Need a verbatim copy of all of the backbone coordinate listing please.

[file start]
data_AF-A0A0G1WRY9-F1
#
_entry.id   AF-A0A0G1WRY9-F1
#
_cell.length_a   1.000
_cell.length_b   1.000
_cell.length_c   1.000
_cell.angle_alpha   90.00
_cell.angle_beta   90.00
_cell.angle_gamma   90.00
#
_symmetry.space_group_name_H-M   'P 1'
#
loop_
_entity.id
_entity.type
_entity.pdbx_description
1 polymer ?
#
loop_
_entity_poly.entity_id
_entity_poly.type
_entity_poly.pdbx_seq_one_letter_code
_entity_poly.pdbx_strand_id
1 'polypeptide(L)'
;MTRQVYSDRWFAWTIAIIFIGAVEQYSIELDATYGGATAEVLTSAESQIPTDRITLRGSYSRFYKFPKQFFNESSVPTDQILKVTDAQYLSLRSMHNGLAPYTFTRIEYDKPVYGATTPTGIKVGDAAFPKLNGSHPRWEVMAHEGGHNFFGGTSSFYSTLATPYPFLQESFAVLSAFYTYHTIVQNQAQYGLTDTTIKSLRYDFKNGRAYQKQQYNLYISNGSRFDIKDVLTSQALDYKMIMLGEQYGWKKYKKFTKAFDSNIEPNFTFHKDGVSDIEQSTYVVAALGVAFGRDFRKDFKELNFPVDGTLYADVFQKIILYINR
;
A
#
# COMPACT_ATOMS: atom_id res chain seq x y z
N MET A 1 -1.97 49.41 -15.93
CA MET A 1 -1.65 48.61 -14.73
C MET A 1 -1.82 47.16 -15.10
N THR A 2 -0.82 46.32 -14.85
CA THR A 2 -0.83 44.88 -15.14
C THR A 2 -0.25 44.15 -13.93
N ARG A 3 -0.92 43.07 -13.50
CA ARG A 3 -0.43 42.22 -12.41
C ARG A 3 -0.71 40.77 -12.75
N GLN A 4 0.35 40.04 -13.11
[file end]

data_AF-A0A0G1WRY9-F1
#
_entry.id   AF-A0A0G1WRY9-F1
#
_cell.length_a   1.000
_cell.length_b   1.000
_cell.length_c   1.000
_cell.angle_alpha   90.00
_cell.angle_beta   90.00
_cell.angle_gamma   90.00
#
_symmetry.space_group_name_H-M   'P 1'
#
loop_
_entity.id
_entity.type
_entity.pdbx_description
1 polymer ?
#
loop_
_entity_poly.entity_id
_entity_poly.type
_entity_poly.pdbx_seq_one_letter_code
_entity_poly.pdbx_strand_id
1 'polypeptide(L)'
;MTRQVYSDRWFAWTIAIIFIGAVEQYSIELDATYGGATAEVLTSAESQIPTDRITLRGSYSRFYKFPKQFFNESSVPTDQILKVTDAQYLSLRSMHNGLAPYTFTRIEYDKPVYGATTPTGIKVGDAAFPKLNGSHPRWEVMAHEGGHNFFGGTSSFYSTLATPYPFLQESFAVLSAFYTYHTIVQNQAQYGLTDTTIKSLRYDFKNGRAYQKQQYNLYISNGSRFDIKDVLTSQALDYKMIMLGEQYGWKKYKKFTKAFDSNIEPNFTFHKDGVSDIEQSTYVVAALGVAFGRDFRKDFKELNFPVDGTLYADVFQKIILYINR
;
A
#
# COMPACT_ATOMS: atom_id res chain seq x y z
N MET A 1 -1.97 49.41 -15.93
CA MET A 1 -1.65 48.61 -14.73
C MET A 1 -1.82 47.16 -15.10
N THR A 2 -0.82 46.32 -14.85
CA THR A 2 -0.83 44.88 -15.14
C THR A 2 -0.25 44.15 -13.93
N ARG A 3 -0.92 43.07 -13.50
CA ARG A 3 -0.43 42.22 -12.41
C ARG A 3 -0.71 40.77 -12.75
N GLN A 4 0.35 40.04 -13.11